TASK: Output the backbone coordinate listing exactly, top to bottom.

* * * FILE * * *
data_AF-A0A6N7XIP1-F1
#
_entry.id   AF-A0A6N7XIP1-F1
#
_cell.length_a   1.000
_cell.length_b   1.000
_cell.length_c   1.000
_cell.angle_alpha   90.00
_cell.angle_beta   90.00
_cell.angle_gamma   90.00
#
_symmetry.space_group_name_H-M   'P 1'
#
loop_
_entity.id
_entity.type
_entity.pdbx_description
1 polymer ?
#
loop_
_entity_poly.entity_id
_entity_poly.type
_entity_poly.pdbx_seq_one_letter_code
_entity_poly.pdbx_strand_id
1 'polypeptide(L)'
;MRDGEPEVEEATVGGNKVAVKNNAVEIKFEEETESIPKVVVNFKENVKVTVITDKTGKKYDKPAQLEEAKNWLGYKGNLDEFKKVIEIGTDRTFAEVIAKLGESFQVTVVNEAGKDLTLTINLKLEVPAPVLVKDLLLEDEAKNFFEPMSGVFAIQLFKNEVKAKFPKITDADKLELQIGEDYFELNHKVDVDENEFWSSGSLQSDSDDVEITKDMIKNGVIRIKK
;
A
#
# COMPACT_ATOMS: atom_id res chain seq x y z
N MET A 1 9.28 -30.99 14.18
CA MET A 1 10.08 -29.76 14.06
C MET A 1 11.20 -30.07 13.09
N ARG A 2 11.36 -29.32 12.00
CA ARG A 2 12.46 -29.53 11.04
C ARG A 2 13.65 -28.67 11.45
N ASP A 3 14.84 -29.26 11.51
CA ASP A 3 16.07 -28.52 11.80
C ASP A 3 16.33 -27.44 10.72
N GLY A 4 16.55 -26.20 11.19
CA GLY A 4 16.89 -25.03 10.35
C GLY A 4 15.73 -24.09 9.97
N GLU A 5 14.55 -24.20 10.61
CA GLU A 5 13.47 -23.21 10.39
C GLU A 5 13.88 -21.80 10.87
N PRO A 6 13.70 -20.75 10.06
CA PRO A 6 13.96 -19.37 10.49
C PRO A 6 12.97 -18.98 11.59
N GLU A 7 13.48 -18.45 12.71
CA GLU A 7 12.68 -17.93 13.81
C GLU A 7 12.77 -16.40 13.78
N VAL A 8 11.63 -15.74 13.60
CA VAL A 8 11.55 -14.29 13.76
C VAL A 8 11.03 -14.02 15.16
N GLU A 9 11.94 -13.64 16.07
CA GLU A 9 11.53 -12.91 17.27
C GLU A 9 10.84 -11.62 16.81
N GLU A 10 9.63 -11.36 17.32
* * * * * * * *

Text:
data_AF-A0A6N7XIP1-F1
#
_entry.id   AF-A0A6N7XIP1-F1
#
_cell.length_a   1.000
_cell.length_b   1.000
_cell.length_c   1.000
_cell.angle_alpha   90.00
_cell.angle_beta   90.00
_cell.angle_gamma   90.00
#
_symmetry.space_group_name_H-M   'P 1'
#
loop_
_entity.id
_entity.type
_entity.pdbx_description
1 polymer ?
#
loop_
_entity_poly.entity_id
_entity_poly.type
_entity_poly.pdbx_seq_one_letter_code
_entity_poly.pdbx_strand_id
1 'polypeptide(L)'
;MRDGEPEVEEATVGGNKVAVKNNAVEIKFEEETESIPKVVVNFKENVKVTVITDKTGKKYDKPAQLEEAKNWLGYKGNLDEFKKVIEIGTDRTFAEVIAKLGESFQVTVVNEAGKDLTLTINLKLEVPAPVLVKDLLLEDEAKNFFEPMSGVFAIQLFKNEVKAKFPKITDADKLELQIGEDYFELNHKVDVDENEFWSSGSLQSDSDDVEITKDMIKNGVIRIKK
;
A
#
# COMPACT_ATOMS: atom_id res chain seq x y z
N MET A 1 9.28 -30.99 14.18
CA MET A 1 10.08 -29.76 14.06
C MET A 1 11.20 -30.07 13.09
N ARG A 2 11.36 -29.32 12.00
CA ARG A 2 12.46 -29.53 11.04
C ARG A 2 13.65 -28.67 11.45
N ASP A 3 14.84 -29.26 11.51
CA ASP A 3 16.07 -28.52 11.80
C ASP A 3 16.33 -27.44 10.72
N GLY A 4 16.55 -26.20 11.19
CA GLY A 4 16.89 -25.03 10.35
C GLY A 4 15.73 -24.09 9.97
N GLU A 5 14.55 -24.20 10.61
CA GLU A 5 13.47 -23.21 10.39
C GLU A 5 13.88 -21.80 10.87
N PRO A 6 13.70 -20.75 10.06
CA PRO A 6 13.96 -19.37 10.49
C PRO A 6 12.97 -18.98 11.59
N GLU A 7 13.48 -18.45 12.71
CA GLU A 7 12.68 -17.93 13.81
C GLU A 7 12.77 -16.40 13.78
N VAL A 8 11.63 -15.74 13.60
CA VAL A 8 11.55 -14.29 13.76
C VAL A 8 11.03 -14.02 15.16
N GLU A 9 11.94 -13.64 16.07
CA GLU A 9 11.53 -12.91 17.27
C GLU A 9 10.84 -11.62 16.81
N GLU A 10 9.63 -11.36 17.32